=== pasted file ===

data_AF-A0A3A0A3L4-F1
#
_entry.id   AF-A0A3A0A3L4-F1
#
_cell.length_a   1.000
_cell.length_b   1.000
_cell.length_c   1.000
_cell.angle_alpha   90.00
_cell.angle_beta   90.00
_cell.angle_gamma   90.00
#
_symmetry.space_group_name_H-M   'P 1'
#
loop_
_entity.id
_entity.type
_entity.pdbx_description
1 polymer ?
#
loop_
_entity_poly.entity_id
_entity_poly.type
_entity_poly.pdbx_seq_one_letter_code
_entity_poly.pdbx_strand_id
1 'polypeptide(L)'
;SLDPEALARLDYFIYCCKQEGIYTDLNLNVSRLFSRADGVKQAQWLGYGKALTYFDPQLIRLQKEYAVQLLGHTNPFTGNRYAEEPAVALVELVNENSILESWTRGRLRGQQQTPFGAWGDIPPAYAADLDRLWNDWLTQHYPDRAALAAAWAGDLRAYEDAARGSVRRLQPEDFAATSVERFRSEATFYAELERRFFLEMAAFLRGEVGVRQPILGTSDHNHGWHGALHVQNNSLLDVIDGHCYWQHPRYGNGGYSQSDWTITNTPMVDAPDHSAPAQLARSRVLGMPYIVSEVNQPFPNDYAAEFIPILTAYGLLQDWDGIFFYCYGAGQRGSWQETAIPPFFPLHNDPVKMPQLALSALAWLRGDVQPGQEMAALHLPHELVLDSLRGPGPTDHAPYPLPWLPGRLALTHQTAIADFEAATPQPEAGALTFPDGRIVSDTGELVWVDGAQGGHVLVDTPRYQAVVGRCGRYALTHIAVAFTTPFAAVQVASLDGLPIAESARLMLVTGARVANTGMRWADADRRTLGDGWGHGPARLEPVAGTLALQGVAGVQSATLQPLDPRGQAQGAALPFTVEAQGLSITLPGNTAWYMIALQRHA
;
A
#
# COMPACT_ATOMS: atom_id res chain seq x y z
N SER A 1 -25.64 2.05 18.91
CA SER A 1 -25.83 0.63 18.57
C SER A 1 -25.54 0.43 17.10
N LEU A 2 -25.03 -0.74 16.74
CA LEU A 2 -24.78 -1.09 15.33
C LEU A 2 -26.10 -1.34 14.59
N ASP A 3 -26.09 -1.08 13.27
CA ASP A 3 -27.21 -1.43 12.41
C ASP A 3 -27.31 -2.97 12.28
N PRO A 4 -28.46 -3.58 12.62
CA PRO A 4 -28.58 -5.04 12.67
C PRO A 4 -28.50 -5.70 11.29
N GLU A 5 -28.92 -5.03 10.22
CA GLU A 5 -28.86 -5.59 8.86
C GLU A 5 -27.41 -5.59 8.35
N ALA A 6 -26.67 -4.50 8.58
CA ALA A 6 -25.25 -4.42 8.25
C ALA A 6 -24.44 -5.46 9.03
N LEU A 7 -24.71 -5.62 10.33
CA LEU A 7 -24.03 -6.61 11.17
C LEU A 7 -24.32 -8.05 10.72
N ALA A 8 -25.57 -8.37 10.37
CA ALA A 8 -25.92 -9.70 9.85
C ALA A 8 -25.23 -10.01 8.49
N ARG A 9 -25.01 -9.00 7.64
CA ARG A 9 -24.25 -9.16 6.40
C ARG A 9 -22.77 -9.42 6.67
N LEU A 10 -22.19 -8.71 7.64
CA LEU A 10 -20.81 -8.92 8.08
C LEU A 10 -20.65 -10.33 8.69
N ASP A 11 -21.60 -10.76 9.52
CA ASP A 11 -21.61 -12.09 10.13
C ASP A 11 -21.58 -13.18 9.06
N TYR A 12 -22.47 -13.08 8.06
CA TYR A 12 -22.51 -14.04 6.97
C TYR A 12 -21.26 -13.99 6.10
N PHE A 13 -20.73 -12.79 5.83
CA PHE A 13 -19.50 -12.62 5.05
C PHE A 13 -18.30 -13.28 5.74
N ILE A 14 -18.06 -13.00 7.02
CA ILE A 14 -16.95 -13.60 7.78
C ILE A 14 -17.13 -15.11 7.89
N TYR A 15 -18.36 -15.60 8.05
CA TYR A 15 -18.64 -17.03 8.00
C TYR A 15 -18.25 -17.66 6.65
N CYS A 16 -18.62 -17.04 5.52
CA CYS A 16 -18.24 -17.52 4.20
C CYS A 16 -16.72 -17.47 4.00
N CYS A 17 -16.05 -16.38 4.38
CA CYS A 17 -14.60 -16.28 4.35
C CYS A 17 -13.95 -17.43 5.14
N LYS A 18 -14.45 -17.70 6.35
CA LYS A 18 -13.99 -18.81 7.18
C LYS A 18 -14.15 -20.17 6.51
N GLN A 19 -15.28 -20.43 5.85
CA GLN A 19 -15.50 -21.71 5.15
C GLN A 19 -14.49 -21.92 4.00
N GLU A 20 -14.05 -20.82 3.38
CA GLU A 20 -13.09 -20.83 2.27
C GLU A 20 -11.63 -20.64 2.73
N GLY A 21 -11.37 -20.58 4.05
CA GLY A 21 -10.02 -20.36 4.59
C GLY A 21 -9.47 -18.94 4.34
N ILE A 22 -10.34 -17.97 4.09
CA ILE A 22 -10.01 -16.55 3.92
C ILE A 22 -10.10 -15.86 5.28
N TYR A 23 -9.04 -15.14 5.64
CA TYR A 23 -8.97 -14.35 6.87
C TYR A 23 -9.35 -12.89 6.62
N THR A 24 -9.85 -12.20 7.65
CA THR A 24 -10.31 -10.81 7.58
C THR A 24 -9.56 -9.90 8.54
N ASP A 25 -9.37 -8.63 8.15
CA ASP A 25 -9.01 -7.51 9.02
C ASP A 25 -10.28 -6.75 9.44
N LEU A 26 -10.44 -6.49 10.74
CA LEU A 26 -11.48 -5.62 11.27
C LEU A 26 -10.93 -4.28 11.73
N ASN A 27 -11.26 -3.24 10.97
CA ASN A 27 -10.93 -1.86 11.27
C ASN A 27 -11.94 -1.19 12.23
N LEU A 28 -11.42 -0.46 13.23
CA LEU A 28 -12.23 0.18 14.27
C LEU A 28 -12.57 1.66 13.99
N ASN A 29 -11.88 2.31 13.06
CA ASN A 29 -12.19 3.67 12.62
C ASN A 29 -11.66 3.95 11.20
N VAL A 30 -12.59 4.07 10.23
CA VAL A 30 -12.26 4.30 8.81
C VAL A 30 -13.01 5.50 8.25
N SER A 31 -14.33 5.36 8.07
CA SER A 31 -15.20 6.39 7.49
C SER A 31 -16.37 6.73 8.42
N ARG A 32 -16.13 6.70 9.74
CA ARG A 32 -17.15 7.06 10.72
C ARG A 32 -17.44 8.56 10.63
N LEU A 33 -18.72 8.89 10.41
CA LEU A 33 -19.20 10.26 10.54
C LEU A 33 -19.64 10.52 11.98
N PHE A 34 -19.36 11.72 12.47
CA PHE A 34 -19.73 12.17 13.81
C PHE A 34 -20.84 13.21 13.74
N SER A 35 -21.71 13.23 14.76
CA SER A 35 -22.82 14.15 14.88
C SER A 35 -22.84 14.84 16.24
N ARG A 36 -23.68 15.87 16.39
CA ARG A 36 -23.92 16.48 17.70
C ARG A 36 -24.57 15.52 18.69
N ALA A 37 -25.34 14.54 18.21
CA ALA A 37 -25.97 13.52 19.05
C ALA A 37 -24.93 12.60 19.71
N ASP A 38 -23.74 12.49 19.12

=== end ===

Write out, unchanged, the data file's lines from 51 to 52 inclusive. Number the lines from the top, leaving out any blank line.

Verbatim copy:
C LEU A 7 -24.32 -8.05 10.72
N ALA A 8 -25.57 -8.37 10.37